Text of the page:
By Doug and Polly Smith
Niagara Gazette — Dear Mainland Mourners — Our Mother’s Day joys are muted this week. We have bid farewell to a man our lives depended on during winter months, although we never met face to face.
The register shows we sent our last check to Paul Malecki Jan. 4. The invoice had come with an apologetic note; he was ill and would transfer the task of plowing our driveway to a friend and colleague. We couldn’t imagine that the end would come so quickly, a month short of 74.
During many a stormy night we would hear the scrape, sense the light, mumble “Paul’s here” and go back to sleep. He was phenomenally dependable. He wasn’t going to take any more “clients,” but he was doing several driveways nearby and so accepted us as a favor. “And if you ever need an extra, like maybe you have to leave early in the morning, just tell me,” he said once over the phone.
He never charged enough, we thought, and when he upped it a dollar as gasoline prices rose, we asked him “Why not three?” Said his loving widow Marcy through the hubbub of a legion of friends at Wednesday’s wake, “That was Paul, all over. He just loved to plow.”
He’d been an ironworker and a union president in Niagara Falls; plowing was sort of a hobby, but he pursued it with a passion, a model of dedication to us all. Our winter comforter has moved on to the eternal spring. Godspeed.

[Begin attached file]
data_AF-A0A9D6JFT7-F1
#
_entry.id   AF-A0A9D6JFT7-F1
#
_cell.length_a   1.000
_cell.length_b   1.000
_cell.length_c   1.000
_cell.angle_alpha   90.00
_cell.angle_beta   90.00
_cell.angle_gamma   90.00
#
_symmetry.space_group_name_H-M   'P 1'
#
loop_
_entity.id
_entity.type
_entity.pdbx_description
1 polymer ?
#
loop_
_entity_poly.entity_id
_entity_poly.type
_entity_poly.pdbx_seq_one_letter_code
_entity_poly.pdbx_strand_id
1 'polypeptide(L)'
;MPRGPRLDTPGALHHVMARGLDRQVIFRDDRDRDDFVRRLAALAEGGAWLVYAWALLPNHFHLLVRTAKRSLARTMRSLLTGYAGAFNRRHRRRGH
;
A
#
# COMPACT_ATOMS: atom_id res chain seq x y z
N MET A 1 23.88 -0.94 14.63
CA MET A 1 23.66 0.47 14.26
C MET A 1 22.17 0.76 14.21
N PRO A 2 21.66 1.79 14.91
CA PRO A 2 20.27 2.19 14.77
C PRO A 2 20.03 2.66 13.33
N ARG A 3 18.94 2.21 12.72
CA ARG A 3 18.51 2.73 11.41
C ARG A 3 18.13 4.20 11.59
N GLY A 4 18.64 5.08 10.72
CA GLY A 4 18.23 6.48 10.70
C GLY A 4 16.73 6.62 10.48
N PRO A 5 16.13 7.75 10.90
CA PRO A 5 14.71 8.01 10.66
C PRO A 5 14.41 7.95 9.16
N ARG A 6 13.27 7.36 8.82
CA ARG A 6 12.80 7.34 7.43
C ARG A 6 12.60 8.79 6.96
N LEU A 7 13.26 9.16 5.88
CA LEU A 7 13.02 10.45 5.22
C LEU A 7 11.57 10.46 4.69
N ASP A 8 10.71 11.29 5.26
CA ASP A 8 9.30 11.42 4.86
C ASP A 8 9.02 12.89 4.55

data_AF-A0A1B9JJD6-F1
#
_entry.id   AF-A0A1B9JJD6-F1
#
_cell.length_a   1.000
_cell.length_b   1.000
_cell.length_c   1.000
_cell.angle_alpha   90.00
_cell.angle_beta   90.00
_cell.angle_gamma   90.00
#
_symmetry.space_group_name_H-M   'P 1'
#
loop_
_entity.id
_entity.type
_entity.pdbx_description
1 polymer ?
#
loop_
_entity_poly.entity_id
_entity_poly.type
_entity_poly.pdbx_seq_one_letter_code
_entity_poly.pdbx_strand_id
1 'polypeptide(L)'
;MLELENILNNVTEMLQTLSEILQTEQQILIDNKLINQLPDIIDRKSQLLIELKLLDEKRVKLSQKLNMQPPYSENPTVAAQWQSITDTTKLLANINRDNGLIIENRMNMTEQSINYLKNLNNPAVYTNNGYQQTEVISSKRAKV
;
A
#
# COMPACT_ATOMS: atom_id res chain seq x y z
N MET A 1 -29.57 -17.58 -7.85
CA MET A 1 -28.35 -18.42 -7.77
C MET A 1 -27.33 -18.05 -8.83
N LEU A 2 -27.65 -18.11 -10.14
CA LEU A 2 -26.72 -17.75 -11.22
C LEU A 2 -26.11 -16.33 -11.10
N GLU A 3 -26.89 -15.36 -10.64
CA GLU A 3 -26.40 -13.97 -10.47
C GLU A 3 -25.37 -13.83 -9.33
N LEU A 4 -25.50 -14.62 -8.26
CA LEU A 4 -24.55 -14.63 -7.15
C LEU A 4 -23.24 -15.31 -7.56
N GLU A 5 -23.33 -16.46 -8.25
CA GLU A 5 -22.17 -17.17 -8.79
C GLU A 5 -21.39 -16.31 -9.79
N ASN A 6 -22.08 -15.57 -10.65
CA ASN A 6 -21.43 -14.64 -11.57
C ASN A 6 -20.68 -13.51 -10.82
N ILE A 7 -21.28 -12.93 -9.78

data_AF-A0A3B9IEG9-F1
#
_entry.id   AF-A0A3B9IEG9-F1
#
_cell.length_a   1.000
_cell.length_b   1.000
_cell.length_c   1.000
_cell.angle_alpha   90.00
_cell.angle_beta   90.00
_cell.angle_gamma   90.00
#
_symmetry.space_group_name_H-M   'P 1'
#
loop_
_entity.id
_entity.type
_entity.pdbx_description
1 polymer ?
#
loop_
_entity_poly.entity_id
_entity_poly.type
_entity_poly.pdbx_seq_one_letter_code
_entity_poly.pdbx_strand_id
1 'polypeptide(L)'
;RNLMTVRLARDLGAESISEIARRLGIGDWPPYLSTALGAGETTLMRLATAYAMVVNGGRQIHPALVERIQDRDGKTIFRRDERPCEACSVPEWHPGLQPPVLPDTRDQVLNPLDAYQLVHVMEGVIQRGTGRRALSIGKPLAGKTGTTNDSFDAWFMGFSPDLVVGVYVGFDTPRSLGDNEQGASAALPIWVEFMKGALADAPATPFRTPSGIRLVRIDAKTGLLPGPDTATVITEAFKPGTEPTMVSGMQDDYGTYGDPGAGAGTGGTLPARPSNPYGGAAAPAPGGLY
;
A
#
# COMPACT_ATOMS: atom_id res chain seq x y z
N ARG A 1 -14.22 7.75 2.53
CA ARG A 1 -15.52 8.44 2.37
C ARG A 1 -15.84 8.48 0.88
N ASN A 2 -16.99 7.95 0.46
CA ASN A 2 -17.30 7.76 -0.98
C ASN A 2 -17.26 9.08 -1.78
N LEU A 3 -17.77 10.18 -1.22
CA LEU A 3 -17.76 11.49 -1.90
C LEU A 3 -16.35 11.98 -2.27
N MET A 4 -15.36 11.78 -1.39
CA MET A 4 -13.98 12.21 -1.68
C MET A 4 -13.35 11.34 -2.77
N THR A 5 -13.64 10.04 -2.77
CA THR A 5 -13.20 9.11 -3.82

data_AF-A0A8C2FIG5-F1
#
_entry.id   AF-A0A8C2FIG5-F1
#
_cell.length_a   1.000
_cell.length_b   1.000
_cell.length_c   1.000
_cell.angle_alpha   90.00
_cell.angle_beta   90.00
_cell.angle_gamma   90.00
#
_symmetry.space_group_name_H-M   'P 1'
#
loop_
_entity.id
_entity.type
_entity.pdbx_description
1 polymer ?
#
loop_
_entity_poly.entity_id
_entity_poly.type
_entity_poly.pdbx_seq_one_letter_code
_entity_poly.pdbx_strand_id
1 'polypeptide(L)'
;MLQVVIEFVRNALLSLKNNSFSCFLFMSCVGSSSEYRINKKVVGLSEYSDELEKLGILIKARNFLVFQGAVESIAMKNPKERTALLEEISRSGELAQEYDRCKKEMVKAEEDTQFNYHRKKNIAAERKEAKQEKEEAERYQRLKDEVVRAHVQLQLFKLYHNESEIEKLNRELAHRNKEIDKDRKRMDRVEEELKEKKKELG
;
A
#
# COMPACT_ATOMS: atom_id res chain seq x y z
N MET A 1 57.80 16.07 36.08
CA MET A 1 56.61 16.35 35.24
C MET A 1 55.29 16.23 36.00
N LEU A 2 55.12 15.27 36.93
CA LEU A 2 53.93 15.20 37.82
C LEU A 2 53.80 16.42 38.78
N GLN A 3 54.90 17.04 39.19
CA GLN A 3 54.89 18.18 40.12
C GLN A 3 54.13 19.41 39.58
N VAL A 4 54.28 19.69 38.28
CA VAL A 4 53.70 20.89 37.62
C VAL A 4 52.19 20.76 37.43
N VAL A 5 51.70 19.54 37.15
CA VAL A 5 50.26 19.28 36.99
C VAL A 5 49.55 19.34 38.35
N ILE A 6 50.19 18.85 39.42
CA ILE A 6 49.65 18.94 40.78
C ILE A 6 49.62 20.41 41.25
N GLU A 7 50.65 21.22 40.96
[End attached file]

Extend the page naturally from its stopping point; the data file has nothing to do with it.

BLOOMERS – The American Legion’s traditional Mother’s Day hanging-basket sale winds up today at 2121 Grand Island Blvd. This is the fundraiser that the late Shorty Vanthoff would promote by calling every single Island resident as a reminder. We miss the calls but won’t miss the sale, which actually got under way yesterday. They’ve got lots.
SATISFIED CUSTOMERS – That was our first experience with BW’s Smokin Barrel’s barbecue, which catered last Saturday’s dinner at St. Timothy’s Lutheran. Hope it’s not our last. The chicken-rib combo was absolutely scrumptious, but we could have used, maybe, another dollop of slaw.
CHURCHILL UPS – Racetrack fates favored Polly last Saturday. When her favorite jockey, Mike Smith (we had a dog named Mike for 15 glorious years), lost his Kentucky Derby ride to a scratch, Doug proposed to throw a few bucks at a horse he was riding earlier at Churchill Downs, No. 11 in the ninth race.
But when Doug stepped away from the OTB window on Military Road and checked his ticket, he realized he had the wrong horse, No. 9. OTB doesn’t take back tickets. Doug sighed, returned to the window, and put another $6 on No. 9.
The two horses, 9 and 11, ran 1-2, the winner paying more than $25. If only we’d played the exacta, too, but why be greedy? Wonder if there’s a wrong horse in the Preakness.
Saddle up and come visit.Polly and DougE-mail firstname.lastname@example.org